- All creature-related information has been wiped out. No CREA, ACRE, LVLC rectypes exist. Instead there are now 99 races -- including Wolf, Fox, Giant, Wisp, Draugr etc.
- No CLOT records any more. All included in ARMO, with ArmorClothing and ArmorJewelry keywords (generally) identifying the non-armor items.
Sorry about not discussing it, but I was attempting to clean the page up to use official terminology (they're called forms by the game engine). —Rick 06:09, 13 November 2011 (UTC)
- Yeah, I realized with the FormID that we've got somewhat of an inconsistency there. But at first I had no idea what the page was talking about with forms, so I'm guessing other readers might have the same issue. --NepheleTalk 07:56, 13 November 2011 (UTC)
- No problem with having it as record for clarity then. —Rick 08:34, 13 November 2011 (UTC)
I'm extending CBash 0.6 for Skyrim support, could serve as reference-implementation.
12 mystery record typesEdit
Thes were in the main record type table. No grup, no records, maybe these came from FO3/FONV?
- NOTE - Note
- PCON -
- PARW -
- PBAR -
- PBEA -
- PFLA -
- PMIS - Placed missile
- SKIL - Skill
- TLOD -
- TOFT -
- MICN - Menu Icon — Unsigned comment by Themendios (talk • contribs)
oh they came from here: http://www.uesp.net/wiki/Tes5Mod:Forms/18.104.22.168
well since this is the mod file format and they're not in mod files i assume there's no objections? if not then i'll just delete this note in a couple days —Themendios 16:48, 27 December 2011 (UTC)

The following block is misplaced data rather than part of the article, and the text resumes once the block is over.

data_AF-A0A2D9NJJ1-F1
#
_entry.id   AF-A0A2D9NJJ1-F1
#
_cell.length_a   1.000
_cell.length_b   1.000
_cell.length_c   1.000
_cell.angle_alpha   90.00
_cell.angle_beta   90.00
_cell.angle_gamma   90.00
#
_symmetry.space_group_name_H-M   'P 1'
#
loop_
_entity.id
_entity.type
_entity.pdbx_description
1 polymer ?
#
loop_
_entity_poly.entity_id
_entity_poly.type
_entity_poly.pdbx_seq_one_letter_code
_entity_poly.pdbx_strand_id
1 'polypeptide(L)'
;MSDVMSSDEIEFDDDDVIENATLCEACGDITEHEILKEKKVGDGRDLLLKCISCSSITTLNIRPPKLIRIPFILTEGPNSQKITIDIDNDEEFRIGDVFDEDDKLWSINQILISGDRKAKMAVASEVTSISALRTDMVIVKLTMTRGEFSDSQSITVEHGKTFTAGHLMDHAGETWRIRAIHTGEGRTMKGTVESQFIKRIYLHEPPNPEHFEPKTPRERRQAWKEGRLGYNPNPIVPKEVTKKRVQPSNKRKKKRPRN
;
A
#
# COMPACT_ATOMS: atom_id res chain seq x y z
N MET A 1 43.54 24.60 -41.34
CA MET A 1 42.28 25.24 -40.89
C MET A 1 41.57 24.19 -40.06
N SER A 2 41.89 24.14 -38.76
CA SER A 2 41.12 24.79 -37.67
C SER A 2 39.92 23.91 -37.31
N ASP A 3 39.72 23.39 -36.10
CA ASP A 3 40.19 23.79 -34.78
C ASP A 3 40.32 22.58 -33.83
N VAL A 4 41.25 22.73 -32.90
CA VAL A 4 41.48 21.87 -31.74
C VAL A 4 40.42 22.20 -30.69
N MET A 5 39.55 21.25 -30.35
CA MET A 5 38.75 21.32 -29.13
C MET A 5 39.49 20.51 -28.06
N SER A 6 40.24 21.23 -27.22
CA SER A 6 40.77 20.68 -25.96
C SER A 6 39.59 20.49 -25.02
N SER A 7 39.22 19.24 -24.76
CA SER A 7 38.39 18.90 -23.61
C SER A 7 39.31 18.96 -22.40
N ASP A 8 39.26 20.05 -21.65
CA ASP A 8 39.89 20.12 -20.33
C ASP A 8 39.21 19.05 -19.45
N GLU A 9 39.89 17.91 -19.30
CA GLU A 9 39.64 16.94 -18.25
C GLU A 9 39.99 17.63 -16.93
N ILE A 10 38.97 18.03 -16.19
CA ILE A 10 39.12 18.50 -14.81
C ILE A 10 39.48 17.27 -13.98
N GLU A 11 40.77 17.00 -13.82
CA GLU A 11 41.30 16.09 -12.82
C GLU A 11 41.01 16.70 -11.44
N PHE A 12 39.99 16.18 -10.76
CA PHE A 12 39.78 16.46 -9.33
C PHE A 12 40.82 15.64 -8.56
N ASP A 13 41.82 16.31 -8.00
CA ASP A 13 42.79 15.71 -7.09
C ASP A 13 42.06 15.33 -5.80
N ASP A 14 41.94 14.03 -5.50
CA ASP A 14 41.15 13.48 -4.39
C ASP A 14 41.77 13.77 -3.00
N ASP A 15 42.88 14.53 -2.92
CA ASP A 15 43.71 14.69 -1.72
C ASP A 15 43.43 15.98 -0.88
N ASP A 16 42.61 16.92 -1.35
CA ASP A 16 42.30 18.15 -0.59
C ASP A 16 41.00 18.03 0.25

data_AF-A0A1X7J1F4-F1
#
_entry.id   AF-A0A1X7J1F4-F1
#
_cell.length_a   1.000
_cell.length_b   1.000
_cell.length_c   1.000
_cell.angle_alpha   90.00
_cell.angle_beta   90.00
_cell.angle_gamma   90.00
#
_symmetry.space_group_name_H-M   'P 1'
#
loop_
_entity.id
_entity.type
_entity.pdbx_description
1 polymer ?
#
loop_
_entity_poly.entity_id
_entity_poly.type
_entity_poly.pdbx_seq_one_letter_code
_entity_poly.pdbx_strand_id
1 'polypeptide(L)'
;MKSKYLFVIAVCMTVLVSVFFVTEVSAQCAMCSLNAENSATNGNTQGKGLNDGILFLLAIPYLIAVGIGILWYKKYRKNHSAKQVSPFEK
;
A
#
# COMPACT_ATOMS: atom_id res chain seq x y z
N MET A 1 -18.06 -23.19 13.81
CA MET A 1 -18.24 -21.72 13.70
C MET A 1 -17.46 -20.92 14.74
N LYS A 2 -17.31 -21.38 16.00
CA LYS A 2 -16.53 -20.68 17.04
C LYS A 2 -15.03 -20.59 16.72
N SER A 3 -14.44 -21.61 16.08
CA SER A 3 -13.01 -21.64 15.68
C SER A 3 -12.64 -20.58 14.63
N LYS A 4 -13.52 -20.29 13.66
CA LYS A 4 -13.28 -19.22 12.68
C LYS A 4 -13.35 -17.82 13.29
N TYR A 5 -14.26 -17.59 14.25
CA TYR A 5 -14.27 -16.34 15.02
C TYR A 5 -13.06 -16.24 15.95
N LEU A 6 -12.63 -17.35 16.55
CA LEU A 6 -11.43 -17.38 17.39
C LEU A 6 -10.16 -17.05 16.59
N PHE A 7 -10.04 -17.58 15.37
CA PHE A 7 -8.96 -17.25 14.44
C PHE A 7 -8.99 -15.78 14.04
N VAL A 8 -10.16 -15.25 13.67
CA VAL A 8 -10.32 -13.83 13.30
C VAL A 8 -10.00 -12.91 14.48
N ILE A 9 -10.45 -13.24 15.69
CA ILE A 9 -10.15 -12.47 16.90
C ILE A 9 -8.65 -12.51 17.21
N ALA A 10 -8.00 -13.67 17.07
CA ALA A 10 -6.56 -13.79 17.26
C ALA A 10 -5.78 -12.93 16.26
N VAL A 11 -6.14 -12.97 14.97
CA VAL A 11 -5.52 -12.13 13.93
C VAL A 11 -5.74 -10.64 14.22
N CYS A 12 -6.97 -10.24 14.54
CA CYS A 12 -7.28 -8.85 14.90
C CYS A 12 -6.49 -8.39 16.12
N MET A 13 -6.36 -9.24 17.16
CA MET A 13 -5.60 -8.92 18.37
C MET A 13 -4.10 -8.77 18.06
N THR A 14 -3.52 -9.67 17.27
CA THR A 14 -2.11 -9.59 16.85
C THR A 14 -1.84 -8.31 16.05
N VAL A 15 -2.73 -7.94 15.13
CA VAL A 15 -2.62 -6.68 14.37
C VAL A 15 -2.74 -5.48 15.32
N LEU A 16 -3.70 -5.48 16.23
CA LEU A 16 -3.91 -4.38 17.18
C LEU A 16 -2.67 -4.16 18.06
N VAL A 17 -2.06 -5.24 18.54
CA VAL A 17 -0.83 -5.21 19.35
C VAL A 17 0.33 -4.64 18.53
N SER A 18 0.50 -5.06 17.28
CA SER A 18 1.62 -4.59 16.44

As near as I can determine, the stamp property isn't in MS-DOS format as I understand it (e.g. ). Suspiciously, the first of the four bytes in the sequence has a range of 1 to 30 in Skyrim.esm, the second and third bytes seem to have a very narrow range of values, and the last byte is always 0. Does anybody else have any thoughts on this? For reference, I've posted the full list of stamp data from the top-level groups below.
At a cursory glance of Oblivion.esm, the dates in TES 4 also don't look to be MS-DOS format, so either I have a different understanding of what MS-DOS formatted dates are, or we'll need to correct the information there as well once we figure it out. – Robin Hood↝talk 21:21, 29 March 2012 (UTC)
- Poking around some more, I found the Revision format, and that seems like a more likely bet for the stamp format. Using that, I get dates ranging from January 17, 2008 to September 29, 2010 in Skyrim.esm (with the exception of the very last GRUP record, which is February 1, 2003), and October 12, 2011 to February 9, 2012 in Update.esm. – Robin Hood↝talk 21:54, 29 March 2012 (UTC)
- Okay, this almost certainly is the same format as the revision, and it looks like we've got it wrong on Oblivion. As I've stated in the article, the high byte of the 16-bit value is the number of months since December 2002, not the complicated thing we have currently in Tes4Mod. I seem to be having some oddness with testing this in Oblivion right now, though, as everything is reverting to month 03. All the old stuff I have saved, though, the calculated date matches (or at least is similar to) the last release date of the mod. Same with all the Skyrim mods I tested. I'm assuming the other 16 bits is the check-out log, like in Oblivion, but I have no way of confirming that. – Robin Hood↝talk 00:40, 30 March 2012 (UTC)